Four Hours in Paris – The Left Bank

Cathédrale de Notre Dame de Paris
Cathédrale de Notre Dame de Paris
Ile de la Cité
Île de la Cité, Paris, France
Ile Saint Louis
Île Saint-Louis, Paris, France
Jardin du Luxembourg
Jardin du Luxembourg, Paris, France
Shopping in St Germain des Pré 
St Germain des Pré 

On the Left Bank, the Latin Quarter and Saint Germain des Pres is where you’ll find everything from world-famous cathedrals to some of the finest shopping in France, says Jill Sayles

1 - Cathédrale de Notre Dame de Paris

Cathédrale de Notre Dame de Paris

Starting at Cité Metro, a tour of the Latin Quarter is easily undertaken. A good place to begin is La Cathédrale de Notre Dame de
Paris, an outstanding example of French Gothic architecture which attracts around 12 million visitors each year.

Designed by Maurice de Sully it was constructed in three stages from 1163 to 1250 (the best view of the cathedral is from Square Jean XXIII just outside). A small donation is requested on entry and, once inside, look up at the two magnificent rose windows and you’ll see the
central choir with carved wooden stalls and statues, and the organ with its 7,800 pipes.

For a superb view of Paris, climb the 387 spiralling steps of the North Tower which can be accessed on rue de Cloitre Notre Dame, situated round the corner to the right of the main entrance. Open 8am-7pm daily. Free guided tours in English take place at noon on Wednesdays and Thursdays, and 2.30pm on Saturdays.

For more information visit cathedraledeparis.com.

Notre Dame de Paris

2 - Ile de la Cité

Île de la Cité, Paris, France

Notre Dame is located on Ile de la Cité, one of two small islands in the Seine at the heart of Paris, and the site of the first settlers in Paris some 2,000 years ago. “Point Zero”, a bronze plate set in the paving in front of the cathedral, is the spot from where all distances from Paris to other cities in France are measured.

Other places worth a visit include the Palais de Justice, Saint Chappelle (Holy Chapel) and the oldest flower market in Paris located at Place Louis Lepine, open Monday to Saturday 8am-7pm and transforming into a bird market on Sundays, 9am-7pm.

3 - Ile Saint Louis

Île Saint-Louis, Paris, France

The second and smaller of the two islands, Ile Saint Louis is linked to Ile de la Cité by Pont Saint Louis. Described as the most romantic “quartier” in Paris, it is the most covetable of the city’s addresses and home to around 6,000 people.

There are few must-see sights, but it is perfect for a stroll along the single lane streets and tree-lined quay among the elegant 17th century mansions. Here you will find quaint café, restaurants, galleries and boutiques. Stop at M. Berthillon, 31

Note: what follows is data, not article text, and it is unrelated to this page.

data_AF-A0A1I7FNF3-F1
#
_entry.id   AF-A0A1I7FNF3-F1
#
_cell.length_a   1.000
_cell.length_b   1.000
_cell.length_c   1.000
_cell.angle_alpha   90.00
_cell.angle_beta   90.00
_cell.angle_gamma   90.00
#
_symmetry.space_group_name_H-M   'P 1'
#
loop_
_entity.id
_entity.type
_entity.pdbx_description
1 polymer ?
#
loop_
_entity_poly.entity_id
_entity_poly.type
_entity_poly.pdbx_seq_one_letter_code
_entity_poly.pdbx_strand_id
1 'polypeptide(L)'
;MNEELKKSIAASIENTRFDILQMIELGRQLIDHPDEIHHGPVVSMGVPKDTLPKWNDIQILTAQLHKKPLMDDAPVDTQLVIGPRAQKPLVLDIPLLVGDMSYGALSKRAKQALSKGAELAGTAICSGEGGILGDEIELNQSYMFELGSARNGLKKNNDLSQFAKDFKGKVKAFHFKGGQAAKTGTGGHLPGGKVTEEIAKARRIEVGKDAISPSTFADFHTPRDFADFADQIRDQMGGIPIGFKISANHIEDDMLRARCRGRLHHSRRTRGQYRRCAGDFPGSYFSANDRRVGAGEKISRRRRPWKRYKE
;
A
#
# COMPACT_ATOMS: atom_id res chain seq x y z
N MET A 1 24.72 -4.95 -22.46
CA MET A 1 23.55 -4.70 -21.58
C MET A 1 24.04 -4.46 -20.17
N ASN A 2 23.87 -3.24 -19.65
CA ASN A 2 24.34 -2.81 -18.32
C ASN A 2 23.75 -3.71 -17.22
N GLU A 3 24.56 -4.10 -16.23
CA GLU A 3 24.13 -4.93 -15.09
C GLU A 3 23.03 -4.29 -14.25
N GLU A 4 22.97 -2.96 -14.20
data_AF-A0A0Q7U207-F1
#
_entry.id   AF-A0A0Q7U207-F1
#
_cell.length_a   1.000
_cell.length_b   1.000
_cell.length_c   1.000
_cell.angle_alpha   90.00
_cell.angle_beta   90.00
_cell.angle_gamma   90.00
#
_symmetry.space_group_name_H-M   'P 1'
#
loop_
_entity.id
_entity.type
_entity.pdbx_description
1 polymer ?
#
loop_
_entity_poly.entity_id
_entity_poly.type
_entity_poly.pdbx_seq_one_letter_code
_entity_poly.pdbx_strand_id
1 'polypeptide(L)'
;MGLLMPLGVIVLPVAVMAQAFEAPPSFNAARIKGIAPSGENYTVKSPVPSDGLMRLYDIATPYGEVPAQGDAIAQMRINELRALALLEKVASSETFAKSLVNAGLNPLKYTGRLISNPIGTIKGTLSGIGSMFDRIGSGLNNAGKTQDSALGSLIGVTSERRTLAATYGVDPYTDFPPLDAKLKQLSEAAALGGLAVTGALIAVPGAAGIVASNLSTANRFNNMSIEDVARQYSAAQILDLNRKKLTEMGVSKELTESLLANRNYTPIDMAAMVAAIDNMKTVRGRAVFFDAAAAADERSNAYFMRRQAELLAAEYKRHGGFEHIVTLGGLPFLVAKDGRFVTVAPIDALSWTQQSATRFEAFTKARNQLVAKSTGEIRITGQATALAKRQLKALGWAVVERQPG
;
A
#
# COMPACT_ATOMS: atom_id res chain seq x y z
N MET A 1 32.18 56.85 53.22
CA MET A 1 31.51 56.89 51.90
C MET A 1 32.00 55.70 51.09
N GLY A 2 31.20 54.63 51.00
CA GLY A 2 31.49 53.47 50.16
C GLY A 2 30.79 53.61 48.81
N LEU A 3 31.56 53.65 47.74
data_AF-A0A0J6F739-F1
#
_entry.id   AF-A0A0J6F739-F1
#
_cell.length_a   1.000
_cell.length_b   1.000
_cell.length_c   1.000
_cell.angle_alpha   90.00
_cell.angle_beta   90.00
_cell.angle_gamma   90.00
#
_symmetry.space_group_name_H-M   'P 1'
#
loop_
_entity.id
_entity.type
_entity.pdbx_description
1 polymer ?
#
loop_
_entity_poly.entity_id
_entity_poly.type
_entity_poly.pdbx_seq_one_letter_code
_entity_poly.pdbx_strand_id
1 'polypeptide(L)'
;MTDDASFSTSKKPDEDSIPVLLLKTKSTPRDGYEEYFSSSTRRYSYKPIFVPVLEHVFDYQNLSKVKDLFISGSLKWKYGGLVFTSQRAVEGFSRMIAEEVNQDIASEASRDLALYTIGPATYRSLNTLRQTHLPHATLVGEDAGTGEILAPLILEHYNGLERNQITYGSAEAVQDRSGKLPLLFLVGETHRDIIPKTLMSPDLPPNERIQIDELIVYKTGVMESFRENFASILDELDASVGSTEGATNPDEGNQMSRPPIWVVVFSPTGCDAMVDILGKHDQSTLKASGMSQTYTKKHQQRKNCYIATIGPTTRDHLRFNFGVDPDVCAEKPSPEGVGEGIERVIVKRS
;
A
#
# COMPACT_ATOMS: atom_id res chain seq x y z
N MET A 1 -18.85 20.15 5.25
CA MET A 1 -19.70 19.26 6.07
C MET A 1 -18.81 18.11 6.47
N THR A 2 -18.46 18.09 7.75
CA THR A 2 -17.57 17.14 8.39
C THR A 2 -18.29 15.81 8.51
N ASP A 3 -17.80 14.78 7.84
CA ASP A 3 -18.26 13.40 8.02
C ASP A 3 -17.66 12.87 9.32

rue St Louis for arguably the most delicious ice creams and sorbets in Paris (€2 for one scoop).

4 - Jardin du Luxembourg

Jardin du Luxembourg, Paris, France

Occupying over 224,500 square metres between Boulevard St Germain and Boulevard St Michel, Jardin du Luxembourg is the largest park on the Left Bank. Designed in typically French style, with geometrical lawns, and tree-lined alleyways, it is a favourite for Parisians, and perfect for people-watching; boules, chess and bridge are all outdoor pastimes here. At the northern end of the park is the Palais du Luxembourg, built in 1615 for the Marie de Medicis, the mother of Louis XIV.

Built in the style of a Florentine Palace to remind Marie of her native city, the building was used as a prison during the French revolution and as the headquarters for the Luftwaffe during World War II. Since 1958 the building has housed the French Senate.

5 - Shopping in St Germain des Pré 

St Germain des Pré 

St Germain des Pré has the feel of a small village, yet some of the biggest labels have boutiques on Rue de Rennes (Celine and Kenzo), Place St Suplice (Yves St Lauren, Rive Gauche), and Blvd St Germain (Sonia Rykiel). You will also find more affordable boutiques and quality high-street stores. By now you’ll need a rest. Try the Art Deco-style Café Flore on Boulevard Saint Germain, where the interior has
remained unchanged since Sartre, de Beauvoir, Camus and Picasso drank there.

Alternatively, try the picturesque Rue Mouffetard – no more than six metres wide and 605 metres long, it has had its name since the 13th century and is part of the ancient Roman road to Italy. A pleasant place to stop for a drink is Place de la Contrescarpe, a provincial square at the top.


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